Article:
How do you feel when you walk into an important meeting?
Are you ready to conquer the room, captivate your audience and walk away with exactly what you want?
Or are you a little sweaty, pulse racing, and ready to run away?
If you’re in the first category, then go forth and succeed.
But if you’re like the rest of us who tremble at the thought of public speaking or just don’t find ourselves to be particularly persuasive, keep reading.
Becoming a commanding speaker doesn’t take a special degree or a specific personality. Like most things in life, it just takes a little bit of practice.
Start RightJust like your mother warned you not to skip breakfast or leave the house without clean underwear, getting a meeting started right requires a little bit of preparation. Even if you’re nervous and a bit harried, take a moment to glance in a mirror, take a deep breath, and steady yourself for your presentation.
Do Your HomeworkIf you’re presenting to a board, you’re obviously somewhat of an expert on whatever your topic is. Because you’re the expert, you know what kind of questions to expect. Make sure that you have the answers to any questions or objections ready to go. The less you have to fumble for an answer or flip through your notes, the more confidence you project.
Make Eye ContactNothing exudes confidence more than eye contact. In a boardroom, make sure you are making regular eye contact with everyone seated around the table in a way that feels natural. You won’t exactly project confidence if you are staring at your notes or your PowerPoint slides for long stretches.
Be a Good ListenerWhen you think about commanding attention, it is easy to think that all you need to do is speak, speak well, and project confidence in your words. Of course, speaking is important but being a good listener is just as important. Be sure that you fully listen to concerns and questions and stay engaged while the questioner is talking rather than searching for the right answer.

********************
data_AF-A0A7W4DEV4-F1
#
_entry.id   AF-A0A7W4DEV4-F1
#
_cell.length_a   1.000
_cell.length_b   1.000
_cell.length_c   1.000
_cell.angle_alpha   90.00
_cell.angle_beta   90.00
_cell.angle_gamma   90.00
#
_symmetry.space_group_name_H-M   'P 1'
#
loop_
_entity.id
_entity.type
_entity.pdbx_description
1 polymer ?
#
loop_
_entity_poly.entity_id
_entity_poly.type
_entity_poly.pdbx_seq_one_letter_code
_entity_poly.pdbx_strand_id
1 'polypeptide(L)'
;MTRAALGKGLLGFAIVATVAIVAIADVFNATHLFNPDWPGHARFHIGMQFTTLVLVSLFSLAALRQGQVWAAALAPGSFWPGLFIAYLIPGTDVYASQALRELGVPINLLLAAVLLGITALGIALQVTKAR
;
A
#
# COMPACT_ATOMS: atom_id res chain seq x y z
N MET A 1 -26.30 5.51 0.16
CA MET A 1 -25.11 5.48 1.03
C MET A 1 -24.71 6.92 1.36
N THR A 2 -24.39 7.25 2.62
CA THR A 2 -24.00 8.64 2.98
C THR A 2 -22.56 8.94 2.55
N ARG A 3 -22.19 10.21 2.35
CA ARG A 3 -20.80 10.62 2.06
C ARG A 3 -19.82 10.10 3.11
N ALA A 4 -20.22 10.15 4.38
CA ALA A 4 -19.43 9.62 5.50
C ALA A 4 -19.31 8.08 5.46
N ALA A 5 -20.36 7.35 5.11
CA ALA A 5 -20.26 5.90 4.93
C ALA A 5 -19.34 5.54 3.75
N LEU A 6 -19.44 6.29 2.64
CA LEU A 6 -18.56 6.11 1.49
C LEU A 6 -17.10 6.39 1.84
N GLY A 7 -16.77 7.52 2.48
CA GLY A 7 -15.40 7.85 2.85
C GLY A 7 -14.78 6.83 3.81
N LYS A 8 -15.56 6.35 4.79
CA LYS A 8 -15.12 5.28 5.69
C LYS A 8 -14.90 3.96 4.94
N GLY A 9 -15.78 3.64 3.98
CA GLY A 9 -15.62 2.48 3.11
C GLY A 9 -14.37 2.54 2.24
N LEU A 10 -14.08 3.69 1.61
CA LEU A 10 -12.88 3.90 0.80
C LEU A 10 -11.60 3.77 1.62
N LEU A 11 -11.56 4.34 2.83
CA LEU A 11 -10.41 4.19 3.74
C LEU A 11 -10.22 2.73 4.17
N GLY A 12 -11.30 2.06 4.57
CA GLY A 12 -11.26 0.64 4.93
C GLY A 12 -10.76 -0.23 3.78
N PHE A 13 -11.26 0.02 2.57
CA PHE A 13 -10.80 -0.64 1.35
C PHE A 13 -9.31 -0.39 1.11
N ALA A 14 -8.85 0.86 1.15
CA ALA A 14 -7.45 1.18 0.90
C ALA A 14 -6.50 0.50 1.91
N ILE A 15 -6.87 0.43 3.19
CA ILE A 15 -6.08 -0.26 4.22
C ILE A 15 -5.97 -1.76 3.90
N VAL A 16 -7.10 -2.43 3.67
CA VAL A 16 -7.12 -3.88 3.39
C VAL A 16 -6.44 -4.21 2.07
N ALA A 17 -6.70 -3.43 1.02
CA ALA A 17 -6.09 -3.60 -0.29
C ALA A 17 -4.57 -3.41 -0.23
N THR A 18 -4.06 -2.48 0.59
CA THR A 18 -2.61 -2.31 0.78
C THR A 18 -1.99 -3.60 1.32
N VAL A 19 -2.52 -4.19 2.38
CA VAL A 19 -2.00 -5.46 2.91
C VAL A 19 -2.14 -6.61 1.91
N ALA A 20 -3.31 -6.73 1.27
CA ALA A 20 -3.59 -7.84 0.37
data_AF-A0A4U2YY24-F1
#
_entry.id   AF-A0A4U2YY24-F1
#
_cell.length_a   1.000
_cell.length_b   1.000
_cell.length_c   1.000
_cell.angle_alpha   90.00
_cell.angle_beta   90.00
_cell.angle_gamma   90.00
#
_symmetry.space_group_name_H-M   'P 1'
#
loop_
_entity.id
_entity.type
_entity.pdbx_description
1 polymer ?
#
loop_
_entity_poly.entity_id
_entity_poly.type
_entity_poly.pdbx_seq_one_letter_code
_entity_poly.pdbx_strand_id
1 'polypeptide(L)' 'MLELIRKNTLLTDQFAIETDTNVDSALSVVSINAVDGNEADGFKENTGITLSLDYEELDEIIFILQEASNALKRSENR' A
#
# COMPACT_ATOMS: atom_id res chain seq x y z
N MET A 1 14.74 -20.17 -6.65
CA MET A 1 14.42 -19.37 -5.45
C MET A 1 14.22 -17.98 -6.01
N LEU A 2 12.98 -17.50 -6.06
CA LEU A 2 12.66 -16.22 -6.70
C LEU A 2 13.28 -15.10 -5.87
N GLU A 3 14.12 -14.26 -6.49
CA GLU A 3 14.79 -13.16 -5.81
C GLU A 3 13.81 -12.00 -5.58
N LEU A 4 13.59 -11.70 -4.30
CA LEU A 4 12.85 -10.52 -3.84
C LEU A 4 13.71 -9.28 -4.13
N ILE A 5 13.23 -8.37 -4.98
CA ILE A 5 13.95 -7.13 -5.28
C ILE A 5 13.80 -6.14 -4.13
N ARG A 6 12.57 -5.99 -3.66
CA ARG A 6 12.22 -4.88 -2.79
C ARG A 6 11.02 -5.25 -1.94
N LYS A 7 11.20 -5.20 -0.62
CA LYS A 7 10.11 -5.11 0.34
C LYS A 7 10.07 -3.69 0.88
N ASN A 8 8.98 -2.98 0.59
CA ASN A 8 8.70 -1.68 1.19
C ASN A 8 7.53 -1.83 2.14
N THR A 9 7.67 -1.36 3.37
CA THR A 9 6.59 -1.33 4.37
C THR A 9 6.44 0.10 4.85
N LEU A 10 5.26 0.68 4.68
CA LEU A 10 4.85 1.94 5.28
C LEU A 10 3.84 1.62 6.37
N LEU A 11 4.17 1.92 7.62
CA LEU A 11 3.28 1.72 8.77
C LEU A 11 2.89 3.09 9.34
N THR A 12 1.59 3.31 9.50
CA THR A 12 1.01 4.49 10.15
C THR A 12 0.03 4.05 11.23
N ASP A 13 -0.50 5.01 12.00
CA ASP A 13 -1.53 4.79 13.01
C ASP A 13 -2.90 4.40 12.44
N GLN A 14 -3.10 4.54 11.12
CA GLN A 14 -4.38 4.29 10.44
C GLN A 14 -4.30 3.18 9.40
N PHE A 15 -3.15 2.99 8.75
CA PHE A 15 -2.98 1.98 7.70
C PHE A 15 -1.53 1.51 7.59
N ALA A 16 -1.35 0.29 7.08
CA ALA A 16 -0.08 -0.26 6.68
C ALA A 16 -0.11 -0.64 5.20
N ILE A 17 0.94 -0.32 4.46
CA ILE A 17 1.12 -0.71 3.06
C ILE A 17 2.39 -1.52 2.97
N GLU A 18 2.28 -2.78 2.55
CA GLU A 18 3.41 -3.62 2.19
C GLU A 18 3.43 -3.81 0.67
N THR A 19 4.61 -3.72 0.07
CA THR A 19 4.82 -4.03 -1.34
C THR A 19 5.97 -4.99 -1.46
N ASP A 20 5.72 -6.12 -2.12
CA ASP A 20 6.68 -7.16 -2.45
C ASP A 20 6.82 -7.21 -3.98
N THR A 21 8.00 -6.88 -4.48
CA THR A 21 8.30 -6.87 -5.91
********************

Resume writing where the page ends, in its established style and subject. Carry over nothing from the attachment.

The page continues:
Use Your WordsPowerPoint slides are commonplace in many boardrooms and while a visual aid can be helpful if you want to command attention be sure that you’re not using your slides as a crutch. Instead, you should know your presentation inside and out, using your PowerPoint to provide emphasis, charts, and a bit of interest but not to convey the bulk of your meaning. For instance, if you're presenting about mobile data security, you can use your slides to give stats about how security (or lack thereof) is having an impact in your industry, but don't write your whole presentation on the slides.
Commanding the attention and respect of a boardroom isn’t rocket science, but it does take diligent practice and a willingness to burst out of your comfort zone. The next time you need to take your strategy to the board, be sure to spend ample time preparing and go in ready to project confidence.
For even more tips on presenting effectively to a board, check out our presentation below.